The Mummy (1959 film)

The Mummy

Theatrical release poster
Directed by Terence Fisher
Produced by Michael Carreras
Anthony Nelson Keys
Written by Jimmy Sangster
Starring Peter Cushing
Christopher Lee
Yvonne Furneaux
Eddie Byrne
George Pastell
Music by Franz Reizenstein
Cinematography Jack Asher
Edited by Alfred Cox
James Needs
Distributed by Universal-International
Release dates
25 September 1959 (UK)
Running time
88 minutes
Country United Kingdom
Language English
Budget £125,000[1]
Box office 857,243 admissions (France)[2]

The Mummy is a 1959 British horror film, directed by Terence Fisher and starring Christopher Lee and Peter Cushing. It was written by Jimmy Sangster and produced by Michael Carreras and Anthony Nelson Keys for Hammer Film Productions.

Though the title suggests Universal Pictures' 1932 film of the same name, the film actually derives its plot and characters entirely from two 1940s Universal films, The Mummy's Hand and The Mummy's Tomb, with the climax borrowed directly from The Mummy's Ghost. The character name Joseph Whemple, the use of a sacred scroll, and a few minor plot elements are the only connections with the 1932 version.


In Egypt in 1895, archaeologists John Banning (Cushing), his father Stephen (Felix Aylmer) and his uncle Joseph Whemple (Raymond Huntley) are searching for the tomb of Princess Ananka, the high priestess of the god Karnak. John has a broken leg and cannot accompany his father and uncle when they open the tomb (According to Cushing's diary, he had twisted his leg before the filming, so the script was adapted to let him recover.) Before they enter, an Egyptian named Mehemet Bey (George Pastell) warns them not to go in, lest they face the fatal curse against desecrators. Stephen and Joseph ignore him, and discover within the sarcophagus of Ananka. After Joseph leaves to tell John the good news, Stephen finds the Scroll of Life and reads from it. He then screams off-screen and is found in a catatonic state.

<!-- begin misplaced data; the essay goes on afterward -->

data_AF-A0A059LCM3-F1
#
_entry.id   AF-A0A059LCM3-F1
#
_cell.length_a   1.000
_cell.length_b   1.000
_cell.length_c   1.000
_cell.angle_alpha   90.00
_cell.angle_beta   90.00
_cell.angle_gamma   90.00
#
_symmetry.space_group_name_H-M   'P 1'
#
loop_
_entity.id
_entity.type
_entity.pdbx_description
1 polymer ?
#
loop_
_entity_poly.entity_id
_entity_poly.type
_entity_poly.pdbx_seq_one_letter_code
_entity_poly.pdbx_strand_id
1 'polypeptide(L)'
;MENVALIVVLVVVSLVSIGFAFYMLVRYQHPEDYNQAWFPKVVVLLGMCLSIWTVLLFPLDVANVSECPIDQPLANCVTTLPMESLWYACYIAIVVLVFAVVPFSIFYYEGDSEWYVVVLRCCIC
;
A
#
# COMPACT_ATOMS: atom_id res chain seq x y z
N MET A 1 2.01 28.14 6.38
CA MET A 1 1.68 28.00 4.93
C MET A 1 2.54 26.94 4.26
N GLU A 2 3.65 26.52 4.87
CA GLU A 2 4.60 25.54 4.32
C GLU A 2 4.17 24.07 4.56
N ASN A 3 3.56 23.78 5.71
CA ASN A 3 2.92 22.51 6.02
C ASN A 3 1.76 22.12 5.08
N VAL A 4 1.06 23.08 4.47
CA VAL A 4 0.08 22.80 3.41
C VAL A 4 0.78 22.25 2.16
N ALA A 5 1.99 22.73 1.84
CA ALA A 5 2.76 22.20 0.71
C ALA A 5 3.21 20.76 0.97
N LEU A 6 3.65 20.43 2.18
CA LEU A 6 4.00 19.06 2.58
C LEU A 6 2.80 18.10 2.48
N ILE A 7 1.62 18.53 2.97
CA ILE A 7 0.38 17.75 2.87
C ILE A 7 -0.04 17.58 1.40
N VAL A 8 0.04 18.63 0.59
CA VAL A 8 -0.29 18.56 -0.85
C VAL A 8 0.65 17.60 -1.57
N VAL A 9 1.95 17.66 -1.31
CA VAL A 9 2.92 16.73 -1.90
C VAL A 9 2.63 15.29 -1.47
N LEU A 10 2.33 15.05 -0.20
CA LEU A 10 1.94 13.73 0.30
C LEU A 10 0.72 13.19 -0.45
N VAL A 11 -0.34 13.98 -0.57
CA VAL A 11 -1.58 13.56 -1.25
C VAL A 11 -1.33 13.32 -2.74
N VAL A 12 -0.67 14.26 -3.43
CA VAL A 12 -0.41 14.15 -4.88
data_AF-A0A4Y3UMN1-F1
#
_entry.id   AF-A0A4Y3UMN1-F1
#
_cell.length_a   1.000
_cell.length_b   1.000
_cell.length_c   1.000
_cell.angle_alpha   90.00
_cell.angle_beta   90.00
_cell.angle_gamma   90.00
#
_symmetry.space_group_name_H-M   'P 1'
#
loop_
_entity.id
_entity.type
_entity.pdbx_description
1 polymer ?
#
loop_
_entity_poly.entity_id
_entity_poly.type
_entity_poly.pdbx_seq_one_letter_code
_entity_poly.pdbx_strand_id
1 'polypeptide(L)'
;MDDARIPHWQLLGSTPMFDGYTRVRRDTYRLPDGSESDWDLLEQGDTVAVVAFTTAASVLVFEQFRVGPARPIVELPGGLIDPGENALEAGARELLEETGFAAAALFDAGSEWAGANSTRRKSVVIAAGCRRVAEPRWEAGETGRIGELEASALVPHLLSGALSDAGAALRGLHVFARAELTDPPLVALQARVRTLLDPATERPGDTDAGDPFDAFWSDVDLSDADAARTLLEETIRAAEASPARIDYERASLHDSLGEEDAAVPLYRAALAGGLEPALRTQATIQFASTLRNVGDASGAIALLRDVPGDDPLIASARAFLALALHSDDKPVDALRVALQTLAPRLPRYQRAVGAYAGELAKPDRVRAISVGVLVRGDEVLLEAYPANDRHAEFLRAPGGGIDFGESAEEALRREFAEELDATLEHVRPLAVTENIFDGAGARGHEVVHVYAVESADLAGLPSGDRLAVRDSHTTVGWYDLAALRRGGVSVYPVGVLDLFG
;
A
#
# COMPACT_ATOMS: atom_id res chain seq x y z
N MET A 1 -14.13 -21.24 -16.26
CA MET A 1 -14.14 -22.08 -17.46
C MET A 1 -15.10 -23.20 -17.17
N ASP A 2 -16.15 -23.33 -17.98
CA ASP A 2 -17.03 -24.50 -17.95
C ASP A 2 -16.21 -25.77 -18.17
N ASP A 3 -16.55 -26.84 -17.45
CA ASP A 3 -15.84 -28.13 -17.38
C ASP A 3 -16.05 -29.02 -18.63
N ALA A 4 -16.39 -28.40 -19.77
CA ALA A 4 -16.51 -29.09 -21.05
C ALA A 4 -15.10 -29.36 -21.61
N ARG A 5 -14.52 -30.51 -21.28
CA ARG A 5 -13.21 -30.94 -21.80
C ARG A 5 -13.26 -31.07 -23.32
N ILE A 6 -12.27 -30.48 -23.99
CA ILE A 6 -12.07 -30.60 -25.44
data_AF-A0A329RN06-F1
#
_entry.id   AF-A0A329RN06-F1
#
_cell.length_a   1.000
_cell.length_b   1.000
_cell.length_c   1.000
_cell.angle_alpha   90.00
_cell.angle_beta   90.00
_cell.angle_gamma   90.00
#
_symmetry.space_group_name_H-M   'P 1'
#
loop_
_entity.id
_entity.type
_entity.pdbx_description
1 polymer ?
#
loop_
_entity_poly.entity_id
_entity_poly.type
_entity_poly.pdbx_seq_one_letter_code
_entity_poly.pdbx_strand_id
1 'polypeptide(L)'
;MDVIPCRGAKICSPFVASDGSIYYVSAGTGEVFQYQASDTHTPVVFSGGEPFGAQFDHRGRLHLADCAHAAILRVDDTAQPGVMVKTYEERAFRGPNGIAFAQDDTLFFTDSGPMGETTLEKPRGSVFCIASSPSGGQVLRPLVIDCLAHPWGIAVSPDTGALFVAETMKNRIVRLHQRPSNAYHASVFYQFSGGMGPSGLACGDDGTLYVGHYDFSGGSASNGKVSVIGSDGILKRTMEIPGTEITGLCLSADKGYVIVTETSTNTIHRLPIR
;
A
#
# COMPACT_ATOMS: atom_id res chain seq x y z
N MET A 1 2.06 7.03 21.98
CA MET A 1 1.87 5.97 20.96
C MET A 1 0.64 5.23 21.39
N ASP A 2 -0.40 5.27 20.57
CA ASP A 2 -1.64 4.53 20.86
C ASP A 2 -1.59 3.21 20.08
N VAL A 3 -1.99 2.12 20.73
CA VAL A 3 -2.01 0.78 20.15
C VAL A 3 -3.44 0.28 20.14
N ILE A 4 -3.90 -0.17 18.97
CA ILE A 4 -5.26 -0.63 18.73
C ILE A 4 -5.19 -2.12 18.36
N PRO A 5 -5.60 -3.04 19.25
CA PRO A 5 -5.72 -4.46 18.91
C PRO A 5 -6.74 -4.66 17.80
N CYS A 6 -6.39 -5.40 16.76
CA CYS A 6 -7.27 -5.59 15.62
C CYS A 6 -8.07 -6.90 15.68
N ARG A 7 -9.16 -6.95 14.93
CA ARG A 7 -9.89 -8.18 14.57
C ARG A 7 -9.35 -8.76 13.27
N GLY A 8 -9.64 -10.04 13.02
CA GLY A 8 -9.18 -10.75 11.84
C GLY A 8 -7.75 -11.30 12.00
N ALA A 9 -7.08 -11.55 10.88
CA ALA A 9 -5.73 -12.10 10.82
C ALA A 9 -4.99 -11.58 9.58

Three years later, back in England, Stephen Banning comes out of his catatonia at the Engerfield Nursing Home for the Mentally Disordered, and sends for his son. He tells him that when he read from the Scroll of Life, he unintentionally brought back to life Kharis (Lee), the mummified high priest of Karnak. He was sentenced to be entombed alive to serve as the guardian of Princess Ananka's tomb as punishment for attempting to bring her back to life out of forbidden love. Now, Stephen tells his disbelieving son that Kharis will hunt down and kill all those who desecrated Ananka's tomb.

Meanwhile, Mehemet Bey, revealed as a devoted worshiper of Karnak, comes to Engerfield under the alias of Mehemet Akir to wreak vengeance on the Bannings. He hires a pair of drunken carters, Pat and Mike, to bring the slumbering Kharis in a crate to his rented home, but the two men's drunken driving cause Kharis' crate to fall off and sink into a bog. Later, using the Scroll of Life, Mehemet exhorts Kharis to rise from the mud, then sends him to murder Stephen Banning. When Kharis kills Joseph Whemple the next night, he does so before the eyes of John Banning, who shoots him with a revolver at close range, but to no effect.